After some time, usually a few weeks, blisters appear. These are often found in a circle, surrounding areas with papules. If the blisters don't get infected, scars are quite rare. Mothers can pass the disease to their child in the womb but this is a rare situation, in under 5% of recorded cases.
Pemphigoid gestationis can appear in the last period of pregnancy, without any warning signs. It can start at any time and the period before and after birth can cause the symptoms to become more severe. It is a pretty rare disease, according to clinical data. Only about one woman in 50000 develops pemphigoid gestationis during pregnancy.
Women of all races and ages can be affected but white women seem to be the most vulnerable. Women who already suffer from other autoimmune diseases are a lot more likely to develop it. The risk is also higher for those who have used oral contraceptives or have given birth several times.
Pemphigoid is one of the poorly understood autoimmune diseases. It is triggered by a mistake of the immune system, which starts attacking the body tissues. Pemphigoid begins when this happens to the tissues located immediately under the skin. As a result, the skin layers separate and the visible effect is the appearance of blisters. Like all autoimmune diseases, pemphigoid remains a mystery and nobody is certain what causes the mistaken immune response.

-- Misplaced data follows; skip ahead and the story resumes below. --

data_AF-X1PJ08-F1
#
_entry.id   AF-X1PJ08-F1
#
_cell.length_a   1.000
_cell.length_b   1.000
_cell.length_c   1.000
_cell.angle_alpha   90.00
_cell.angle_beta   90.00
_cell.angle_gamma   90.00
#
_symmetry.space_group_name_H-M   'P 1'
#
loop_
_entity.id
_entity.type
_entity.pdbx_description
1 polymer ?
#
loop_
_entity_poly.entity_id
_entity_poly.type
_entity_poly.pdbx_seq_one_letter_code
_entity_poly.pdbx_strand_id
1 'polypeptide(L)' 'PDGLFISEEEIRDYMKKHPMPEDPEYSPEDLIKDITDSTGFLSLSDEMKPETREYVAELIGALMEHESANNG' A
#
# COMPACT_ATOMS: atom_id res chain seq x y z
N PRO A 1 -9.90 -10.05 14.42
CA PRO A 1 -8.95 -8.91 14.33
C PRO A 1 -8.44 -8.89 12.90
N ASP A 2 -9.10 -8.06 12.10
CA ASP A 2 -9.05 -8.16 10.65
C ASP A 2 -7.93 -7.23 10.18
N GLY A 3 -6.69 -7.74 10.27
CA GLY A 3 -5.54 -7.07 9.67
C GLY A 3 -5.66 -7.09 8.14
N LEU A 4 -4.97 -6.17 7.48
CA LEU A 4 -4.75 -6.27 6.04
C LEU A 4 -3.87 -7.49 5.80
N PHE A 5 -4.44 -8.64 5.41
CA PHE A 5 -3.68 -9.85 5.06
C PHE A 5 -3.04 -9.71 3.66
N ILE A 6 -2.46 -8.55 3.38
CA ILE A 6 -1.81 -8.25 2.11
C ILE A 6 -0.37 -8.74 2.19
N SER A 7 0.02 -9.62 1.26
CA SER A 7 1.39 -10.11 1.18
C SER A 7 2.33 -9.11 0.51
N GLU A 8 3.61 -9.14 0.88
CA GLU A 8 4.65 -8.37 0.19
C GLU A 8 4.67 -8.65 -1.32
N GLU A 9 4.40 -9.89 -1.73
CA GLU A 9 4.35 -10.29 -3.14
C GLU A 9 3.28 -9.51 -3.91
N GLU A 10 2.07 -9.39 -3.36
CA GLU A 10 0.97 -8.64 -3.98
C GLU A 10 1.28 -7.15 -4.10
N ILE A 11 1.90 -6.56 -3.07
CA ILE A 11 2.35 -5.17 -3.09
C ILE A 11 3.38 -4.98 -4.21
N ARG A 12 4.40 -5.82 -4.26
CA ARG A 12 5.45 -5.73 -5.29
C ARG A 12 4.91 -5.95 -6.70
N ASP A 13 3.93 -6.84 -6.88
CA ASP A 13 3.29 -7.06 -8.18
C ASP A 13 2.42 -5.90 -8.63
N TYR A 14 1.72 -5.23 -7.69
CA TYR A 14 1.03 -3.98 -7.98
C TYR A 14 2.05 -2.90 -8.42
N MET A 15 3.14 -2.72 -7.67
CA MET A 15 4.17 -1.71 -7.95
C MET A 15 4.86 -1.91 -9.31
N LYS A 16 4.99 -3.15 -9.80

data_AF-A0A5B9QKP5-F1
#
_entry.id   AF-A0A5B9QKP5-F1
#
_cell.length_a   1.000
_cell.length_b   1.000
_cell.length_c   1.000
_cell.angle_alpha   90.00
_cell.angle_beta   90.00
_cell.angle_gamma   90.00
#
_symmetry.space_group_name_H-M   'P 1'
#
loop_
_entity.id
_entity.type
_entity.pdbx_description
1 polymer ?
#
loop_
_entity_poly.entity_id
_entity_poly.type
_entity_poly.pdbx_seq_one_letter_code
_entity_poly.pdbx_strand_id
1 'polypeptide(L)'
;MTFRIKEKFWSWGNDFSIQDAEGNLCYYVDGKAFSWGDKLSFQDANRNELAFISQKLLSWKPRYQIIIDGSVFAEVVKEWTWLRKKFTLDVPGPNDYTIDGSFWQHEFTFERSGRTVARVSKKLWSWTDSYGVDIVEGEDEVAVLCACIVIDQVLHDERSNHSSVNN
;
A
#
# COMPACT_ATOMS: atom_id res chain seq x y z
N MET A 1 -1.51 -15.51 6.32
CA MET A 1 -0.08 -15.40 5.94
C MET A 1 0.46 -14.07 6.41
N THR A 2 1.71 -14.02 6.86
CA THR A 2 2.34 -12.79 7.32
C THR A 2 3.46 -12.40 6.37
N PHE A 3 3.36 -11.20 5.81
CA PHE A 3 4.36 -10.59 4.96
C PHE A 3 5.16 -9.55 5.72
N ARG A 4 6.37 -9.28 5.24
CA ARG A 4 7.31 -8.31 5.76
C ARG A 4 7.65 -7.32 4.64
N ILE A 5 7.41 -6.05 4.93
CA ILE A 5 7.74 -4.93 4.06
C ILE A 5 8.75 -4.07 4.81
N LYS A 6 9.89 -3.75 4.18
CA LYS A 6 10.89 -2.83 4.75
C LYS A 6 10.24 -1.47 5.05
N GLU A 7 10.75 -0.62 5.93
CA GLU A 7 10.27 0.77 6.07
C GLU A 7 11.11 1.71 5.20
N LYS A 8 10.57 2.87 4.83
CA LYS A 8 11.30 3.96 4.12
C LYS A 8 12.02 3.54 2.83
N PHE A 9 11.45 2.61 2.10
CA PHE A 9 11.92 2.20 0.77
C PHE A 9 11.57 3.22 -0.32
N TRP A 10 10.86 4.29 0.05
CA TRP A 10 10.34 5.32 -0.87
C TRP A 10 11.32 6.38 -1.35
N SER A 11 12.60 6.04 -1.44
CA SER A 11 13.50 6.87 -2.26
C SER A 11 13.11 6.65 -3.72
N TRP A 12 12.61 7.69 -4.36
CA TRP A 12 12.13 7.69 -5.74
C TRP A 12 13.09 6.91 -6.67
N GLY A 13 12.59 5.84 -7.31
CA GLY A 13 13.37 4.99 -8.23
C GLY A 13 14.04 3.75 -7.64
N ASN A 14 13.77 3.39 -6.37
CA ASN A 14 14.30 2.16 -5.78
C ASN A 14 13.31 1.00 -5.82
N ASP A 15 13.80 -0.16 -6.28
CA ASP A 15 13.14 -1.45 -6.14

Even if the exact mechanism is not known, some triggers of the disease can be identified. These are usually aggressive forms of treatment such as radiation therapy, ultraviolet light therapy or powerful medication. Elders have a much higher risk than adults or youngsters and people who already suffer from other forms of autoimmune disease are more likely to develop pemphigoid as well.
The only symptoms of pemphigoid are the rashes and blisters visible at skin level. The duration, intensity and location of the blisters are variable from one person to another and also depend on the condition's type. In most cases, it is a cyclical disease, with outbreaks followed by periods of remission.
There is no cure for pemphigoid itself but the symptoms can be treated quite effectively. In most cases, the first treatment is corticosteroids, either applied topically or taken orally. These compounds have strong anti-inflammatory effects, which calm down itching in the area and speed up the healing of blisters. It is usually a short-term treatment, stopped as soon as the blisters heal, because it can cause serious side effects if used for a long period of time.
Corticosteroids can be combined with drugs that reduce the reaction of the body's immune system. This prevents it from attacking healthy cells but it can be a very risky strategy, since it decreases resistance against other infections as well. Tetracycline or other antibiotics are sometimes prescribed to compensate for the suppressed immune system and fight infections.